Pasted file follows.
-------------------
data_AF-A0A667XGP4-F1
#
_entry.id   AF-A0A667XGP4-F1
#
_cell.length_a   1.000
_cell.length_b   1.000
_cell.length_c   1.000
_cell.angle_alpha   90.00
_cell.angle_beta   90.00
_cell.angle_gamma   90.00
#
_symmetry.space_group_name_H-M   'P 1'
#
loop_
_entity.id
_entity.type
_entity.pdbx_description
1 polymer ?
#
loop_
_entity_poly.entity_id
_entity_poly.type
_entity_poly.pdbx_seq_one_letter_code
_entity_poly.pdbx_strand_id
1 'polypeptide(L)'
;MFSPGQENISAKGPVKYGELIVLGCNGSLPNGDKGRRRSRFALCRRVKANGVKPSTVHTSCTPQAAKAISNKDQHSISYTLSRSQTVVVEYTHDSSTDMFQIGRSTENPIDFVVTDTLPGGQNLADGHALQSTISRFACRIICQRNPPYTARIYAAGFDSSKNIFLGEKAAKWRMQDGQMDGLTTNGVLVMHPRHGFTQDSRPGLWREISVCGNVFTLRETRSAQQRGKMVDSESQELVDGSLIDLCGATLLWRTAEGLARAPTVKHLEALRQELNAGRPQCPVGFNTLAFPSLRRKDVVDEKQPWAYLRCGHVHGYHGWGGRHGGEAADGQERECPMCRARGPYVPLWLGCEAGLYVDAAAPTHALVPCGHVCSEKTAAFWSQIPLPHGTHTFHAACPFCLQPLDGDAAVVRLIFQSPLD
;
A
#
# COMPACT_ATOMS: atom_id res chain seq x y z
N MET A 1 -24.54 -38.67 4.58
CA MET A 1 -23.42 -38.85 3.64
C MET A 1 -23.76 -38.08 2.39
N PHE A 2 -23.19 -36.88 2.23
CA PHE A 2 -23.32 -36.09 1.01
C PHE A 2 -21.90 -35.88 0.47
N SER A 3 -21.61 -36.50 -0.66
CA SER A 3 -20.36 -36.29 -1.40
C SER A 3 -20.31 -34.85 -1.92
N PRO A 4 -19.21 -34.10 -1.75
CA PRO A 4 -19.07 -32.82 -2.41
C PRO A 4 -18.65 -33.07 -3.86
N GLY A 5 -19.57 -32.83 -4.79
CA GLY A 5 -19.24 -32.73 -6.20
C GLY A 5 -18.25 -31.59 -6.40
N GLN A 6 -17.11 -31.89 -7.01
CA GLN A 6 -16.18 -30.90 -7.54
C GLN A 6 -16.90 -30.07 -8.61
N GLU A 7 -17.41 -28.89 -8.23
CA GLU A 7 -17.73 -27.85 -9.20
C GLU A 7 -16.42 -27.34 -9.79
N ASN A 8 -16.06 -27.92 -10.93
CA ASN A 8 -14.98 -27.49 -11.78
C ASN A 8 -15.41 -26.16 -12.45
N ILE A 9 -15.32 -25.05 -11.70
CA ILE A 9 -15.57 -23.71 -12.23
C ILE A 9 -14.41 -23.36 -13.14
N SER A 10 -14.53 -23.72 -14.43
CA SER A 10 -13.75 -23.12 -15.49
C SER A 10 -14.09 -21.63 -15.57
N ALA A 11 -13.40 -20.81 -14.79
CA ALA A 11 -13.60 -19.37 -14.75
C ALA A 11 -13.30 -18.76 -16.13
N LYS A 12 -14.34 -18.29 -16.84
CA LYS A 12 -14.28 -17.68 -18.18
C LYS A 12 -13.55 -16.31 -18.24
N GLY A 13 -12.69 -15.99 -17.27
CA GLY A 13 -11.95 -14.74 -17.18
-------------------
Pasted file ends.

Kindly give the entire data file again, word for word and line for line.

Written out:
data_AF-A0A667XGP4-F1
#
_entry.id   AF-A0A667XGP4-F1
#
_cell.length_a   1.000
_cell.length_b   1.000
_cell.length_c   1.000
_cell.angle_alpha   90.00
_cell.angle_beta   90.00
_cell.angle_gamma   90.00
#
_symmetry.space_group_name_H-M   'P 1'
#
loop_
_entity.id
_entity.type
_entity.pdbx_description
1 polymer ?
#
loop_
_entity_poly.entity_id
_entity_poly.type
_entity_poly.pdbx_seq_one_letter_code
_entity_poly.pdbx_strand_id
1 'polypeptide(L)'
;MFSPGQENISAKGPVKYGELIVLGCNGSLPNGDKGRRRSRFALCRRVKANGVKPSTVHTSCTPQAAKAISNKDQHSISYTLSRSQTVVVEYTHDSSTDMFQIGRSTENPIDFVVTDTLPGGQNLADGHALQSTISRFACRIICQRNPPYTARIYAAGFDSSKNIFLGEKAAKWRMQDGQMDGLTTNGVLVMHPRHGFTQDSRPGLWREISVCGNVFTLRETRSAQQRGKMVDSESQELVDGSLIDLCGATLLWRTAEGLARAPTVKHLEALRQELNAGRPQCPVGFNTLAFPSLRRKDVVDEKQPWAYLRCGHVHGYHGWGGRHGGEAADGQERECPMCRARGPYVPLWLGCEAGLYVDAAAPTHALVPCGHVCSEKTAAFWSQIPLPHGTHTFHAACPFCLQPLDGDAAVVRLIFQSPLD
;
A
#
# COMPACT_ATOMS: atom_id res chain seq x y z
N MET A 1 -24.54 -38.67 4.58
CA MET A 1 -23.42 -38.85 3.64
C MET A 1 -23.76 -38.08 2.39
N PHE A 2 -23.19 -36.88 2.23
CA PHE A 2 -23.32 -36.09 1.01
C PHE A 2 -21.90 -35.88 0.47
N SER A 3 -21.61 -36.50 -0.66
CA SER A 3 -20.36 -36.29 -1.40
C SER A 3 -20.31 -34.85 -1.92
N PRO A 4 -19.21 -34.10 -1.75
CA PRO A 4 -19.07 -32.82 -2.41
C PRO A 4 -18.65 -33.07 -3.86
N GLY A 5 -19.57 -32.83 -4.79
CA GLY A 5 -19.24 -32.73 -6.20
C GLY A 5 -18.25 -31.59 -6.40
N GLN A 6 -17.11 -31.89 -7.01
CA GLN A 6 -16.18 -30.90 -7.54
C GLN A 6 -16.90 -30.07 -8.61
N GLU A 7 -17.41 -28.89 -8.23
CA GLU A 7 -17.73 -27.85 -9.20
C GLU A 7 -16.42 -27.34 -9.79
N ASN A 8 -16.06 -27.92 -10.93
CA ASN A 8 -14.98 -27.49 -11.78
C ASN A 8 -15.41 -26.16 -12.45
N ILE A 9 -15.32 -25.05 -11.70
CA ILE A 9 -15.57 -23.71 -12.23
C ILE A 9 -14.41 -23.36 -13.14
N SER A 10 -14.53 -23.72 -14.43
CA SER A 10 -13.75 -23.12 -15.49
C SER A 10 -14.09 -21.63 -15.57
N ALA A 11 -13.40 -20.81 -14.79
CA ALA A 11 -13.60 -19.37 -14.75
C ALA A 11 -13.30 -18.76 -16.13
N LYS A 12 -14.34 -18.29 -16.84
CA LYS A 12 -14.28 -17.68 -18.18
C LYS A 12 -13.55 -16.31 -18.24
N GLY A 13 -12.69 -15.99 -17.27
CA GLY A 13 -11.95 -14.74 -17.18